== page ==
Bat Facts and Information
Bat Anatomy, Feeding, Communication, Reproduction, Predators,
Echolocation, Conservation and more information.
Introduction to Bats
Bats aren’t seen as one of the most exciting or loveable animals in the world. In fact, many people are fearful of them. They get a bad reputation for being creatures that lurk at night. The reference that they are vampires has been deeply seeded into various cultures and that further instills fear.
We don’t have too much information about the evolution process of the bat. Some fossilized remains of them have been found though that date approximately 52 million years ago. The remains indicate that they could fly very early on so that isn’t something that is part of the evolution process. However, the echolocation abilities that bats are well known for today weren’t present.
Top Bat Facts
- There are more than 1,100 species of bats in the world.
- 70% of bats consume insects and small bugs for food. The other 30% consume various types of fruit.
What many people don’t realize though is that the bat plays an important role in many ecosystems. They help to keep the populations of insects and bugs from getting too high. They also help with pollination, something that the bees and birds are usually given all of the credit for!
There is no mistaking that you are seeing a bat when one surfaces out there. They have a small face and ears. They have long wings that wave outward. They are nocturnal which means that they will be out at night. They are also famous for hanging upside down when they are resting.
While the basic format of the bat is similar, it may surprise you to discover that there are over 1,200 species out there that have been identified. Approximately 70% of the eat insects and the rest of them consume fruit. The size of the bat can also be significantly different based on location and species. Some of them aren’t even an ounce and just a few inches long. Others are considerably larger with a length of closer to five feet. Yet they only weigh about three pounds.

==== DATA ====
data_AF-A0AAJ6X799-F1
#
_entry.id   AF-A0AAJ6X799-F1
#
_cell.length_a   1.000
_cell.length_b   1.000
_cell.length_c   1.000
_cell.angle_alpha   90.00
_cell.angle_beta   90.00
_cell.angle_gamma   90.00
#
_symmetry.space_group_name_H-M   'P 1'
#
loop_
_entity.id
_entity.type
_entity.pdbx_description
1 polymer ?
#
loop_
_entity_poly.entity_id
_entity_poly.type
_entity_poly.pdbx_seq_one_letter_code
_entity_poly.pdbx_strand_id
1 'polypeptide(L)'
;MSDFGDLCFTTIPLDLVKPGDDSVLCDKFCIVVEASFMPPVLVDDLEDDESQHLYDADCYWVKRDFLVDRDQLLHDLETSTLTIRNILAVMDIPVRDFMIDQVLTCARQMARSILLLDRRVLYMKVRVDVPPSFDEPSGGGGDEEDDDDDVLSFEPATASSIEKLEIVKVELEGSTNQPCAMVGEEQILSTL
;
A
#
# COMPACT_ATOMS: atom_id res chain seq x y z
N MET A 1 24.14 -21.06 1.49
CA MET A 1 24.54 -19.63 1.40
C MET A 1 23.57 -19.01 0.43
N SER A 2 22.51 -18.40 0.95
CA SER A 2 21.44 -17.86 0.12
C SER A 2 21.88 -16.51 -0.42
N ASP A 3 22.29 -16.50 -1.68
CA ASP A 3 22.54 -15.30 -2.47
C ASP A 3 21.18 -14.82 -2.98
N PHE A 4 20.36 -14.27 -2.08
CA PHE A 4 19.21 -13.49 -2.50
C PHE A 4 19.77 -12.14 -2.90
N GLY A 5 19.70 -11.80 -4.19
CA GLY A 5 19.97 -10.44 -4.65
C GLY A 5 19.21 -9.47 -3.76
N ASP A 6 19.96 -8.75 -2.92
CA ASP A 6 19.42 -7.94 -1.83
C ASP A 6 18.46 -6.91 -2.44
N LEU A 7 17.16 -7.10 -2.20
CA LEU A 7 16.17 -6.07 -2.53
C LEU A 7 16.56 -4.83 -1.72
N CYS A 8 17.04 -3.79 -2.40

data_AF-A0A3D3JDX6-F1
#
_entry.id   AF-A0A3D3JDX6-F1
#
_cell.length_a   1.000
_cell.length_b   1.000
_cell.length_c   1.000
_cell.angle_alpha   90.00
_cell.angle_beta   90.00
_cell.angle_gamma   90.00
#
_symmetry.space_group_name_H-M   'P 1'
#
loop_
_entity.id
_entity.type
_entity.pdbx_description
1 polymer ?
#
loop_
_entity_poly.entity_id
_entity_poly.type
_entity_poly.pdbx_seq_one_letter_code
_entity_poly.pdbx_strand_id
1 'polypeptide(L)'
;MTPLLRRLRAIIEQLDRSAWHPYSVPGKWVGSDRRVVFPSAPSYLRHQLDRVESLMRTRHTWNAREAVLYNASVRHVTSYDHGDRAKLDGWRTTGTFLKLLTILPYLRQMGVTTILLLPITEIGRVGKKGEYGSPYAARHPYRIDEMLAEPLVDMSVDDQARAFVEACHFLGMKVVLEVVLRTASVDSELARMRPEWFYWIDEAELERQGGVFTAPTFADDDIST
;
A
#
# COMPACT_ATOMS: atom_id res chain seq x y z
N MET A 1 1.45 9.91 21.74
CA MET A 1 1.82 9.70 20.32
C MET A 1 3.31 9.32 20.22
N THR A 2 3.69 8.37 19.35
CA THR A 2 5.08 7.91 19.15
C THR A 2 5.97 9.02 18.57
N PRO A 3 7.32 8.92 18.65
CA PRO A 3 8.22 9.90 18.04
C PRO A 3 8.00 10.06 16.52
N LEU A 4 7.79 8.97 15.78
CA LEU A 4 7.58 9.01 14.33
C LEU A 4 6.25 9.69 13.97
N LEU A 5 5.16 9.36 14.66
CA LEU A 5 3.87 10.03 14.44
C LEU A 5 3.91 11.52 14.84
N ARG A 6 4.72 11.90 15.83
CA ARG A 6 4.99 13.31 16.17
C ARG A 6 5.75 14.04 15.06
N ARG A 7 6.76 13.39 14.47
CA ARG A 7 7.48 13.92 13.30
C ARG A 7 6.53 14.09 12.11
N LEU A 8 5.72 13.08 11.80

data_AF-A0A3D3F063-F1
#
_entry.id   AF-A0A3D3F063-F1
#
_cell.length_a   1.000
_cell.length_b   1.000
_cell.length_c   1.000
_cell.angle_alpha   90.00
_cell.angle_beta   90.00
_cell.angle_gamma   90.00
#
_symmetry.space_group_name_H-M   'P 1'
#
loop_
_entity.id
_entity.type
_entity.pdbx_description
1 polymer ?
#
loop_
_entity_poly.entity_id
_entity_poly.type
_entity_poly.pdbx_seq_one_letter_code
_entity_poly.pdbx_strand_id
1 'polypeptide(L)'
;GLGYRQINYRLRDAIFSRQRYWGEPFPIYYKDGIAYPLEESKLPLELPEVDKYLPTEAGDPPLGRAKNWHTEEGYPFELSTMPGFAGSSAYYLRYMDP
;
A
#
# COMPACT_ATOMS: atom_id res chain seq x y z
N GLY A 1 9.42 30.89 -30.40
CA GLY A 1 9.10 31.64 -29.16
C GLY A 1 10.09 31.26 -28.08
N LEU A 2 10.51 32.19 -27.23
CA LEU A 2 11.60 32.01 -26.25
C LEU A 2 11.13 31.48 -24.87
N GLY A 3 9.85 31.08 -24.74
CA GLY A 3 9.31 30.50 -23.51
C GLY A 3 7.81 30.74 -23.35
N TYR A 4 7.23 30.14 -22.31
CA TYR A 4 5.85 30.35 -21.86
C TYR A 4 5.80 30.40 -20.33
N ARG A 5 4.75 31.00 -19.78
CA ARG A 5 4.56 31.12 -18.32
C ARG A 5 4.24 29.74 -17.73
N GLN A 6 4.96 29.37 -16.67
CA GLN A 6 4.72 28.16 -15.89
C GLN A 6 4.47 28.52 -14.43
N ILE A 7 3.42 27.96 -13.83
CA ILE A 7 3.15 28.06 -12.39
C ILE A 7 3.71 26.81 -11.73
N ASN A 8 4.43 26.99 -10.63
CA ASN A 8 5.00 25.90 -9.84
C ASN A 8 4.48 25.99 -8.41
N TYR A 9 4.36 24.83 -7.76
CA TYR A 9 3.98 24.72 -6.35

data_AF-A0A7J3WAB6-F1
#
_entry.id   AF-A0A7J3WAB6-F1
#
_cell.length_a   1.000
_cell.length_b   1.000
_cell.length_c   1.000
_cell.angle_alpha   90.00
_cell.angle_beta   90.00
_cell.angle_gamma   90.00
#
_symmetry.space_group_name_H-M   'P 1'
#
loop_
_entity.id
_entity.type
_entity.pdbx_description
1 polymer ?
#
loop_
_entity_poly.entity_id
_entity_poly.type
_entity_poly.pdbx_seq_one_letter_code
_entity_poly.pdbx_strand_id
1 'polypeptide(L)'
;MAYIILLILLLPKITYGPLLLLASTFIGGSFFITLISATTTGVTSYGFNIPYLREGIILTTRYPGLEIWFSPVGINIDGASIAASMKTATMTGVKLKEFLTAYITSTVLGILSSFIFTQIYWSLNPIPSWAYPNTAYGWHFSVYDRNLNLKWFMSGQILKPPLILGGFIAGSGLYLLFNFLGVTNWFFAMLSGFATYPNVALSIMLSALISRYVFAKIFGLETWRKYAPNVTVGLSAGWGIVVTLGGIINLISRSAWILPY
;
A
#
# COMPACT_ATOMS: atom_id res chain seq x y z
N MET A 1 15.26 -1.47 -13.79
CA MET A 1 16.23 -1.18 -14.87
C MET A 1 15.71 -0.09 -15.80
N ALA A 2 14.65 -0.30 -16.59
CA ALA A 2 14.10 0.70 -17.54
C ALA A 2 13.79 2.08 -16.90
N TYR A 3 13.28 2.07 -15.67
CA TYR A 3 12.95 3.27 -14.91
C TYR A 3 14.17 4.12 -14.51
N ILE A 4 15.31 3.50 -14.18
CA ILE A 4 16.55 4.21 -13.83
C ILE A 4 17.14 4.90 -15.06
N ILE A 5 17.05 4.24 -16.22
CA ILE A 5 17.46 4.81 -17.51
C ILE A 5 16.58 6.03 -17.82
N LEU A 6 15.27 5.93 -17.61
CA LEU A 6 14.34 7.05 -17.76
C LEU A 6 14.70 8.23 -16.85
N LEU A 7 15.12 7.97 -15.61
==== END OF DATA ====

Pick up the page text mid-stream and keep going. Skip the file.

The physical appearance of the bat often get it mistaken for a member of the rodent family. However, it doesn’t belong there and DNA has confirmed that. Bats are versatile and so they can be found in environments just about anywhere. They are opportunistic when it comes to living areas.
Bats can mate during any time of the year but generally it takes place in the spring. This is when they have the best overall possibility of finding food and having other environmental conditions in their favor. The females can mate in the fall but prevent the sperm of the male from reaching the eggs in her body until she is ready.
There is almost always only one young born at a time. The young are very helpless as their wings aren’t fully developed yet. They rely on milk from their mother to help them grow and thrive until the wings do develop. Once those wings are strong enough for flight, the bats are going to have to find their own food supplies.
The amount of time they spend with their mother depends on the species. It can take only six weeks for the wings to mature on some species. For others though it can take up to four months. The average life span for a bat is 20 years and they tend to have a decent rate or reproduction as long as there is enough food in their environment.
Bats can quickly become a nuisance though depending on where they decide to take up residence. Should you discover you have a problem with bats in your home or business it is best to call in a professional. They can safely remove all of the creatures and their nests. They can also locate the entrance and block it so that the problem won’t repeat itself.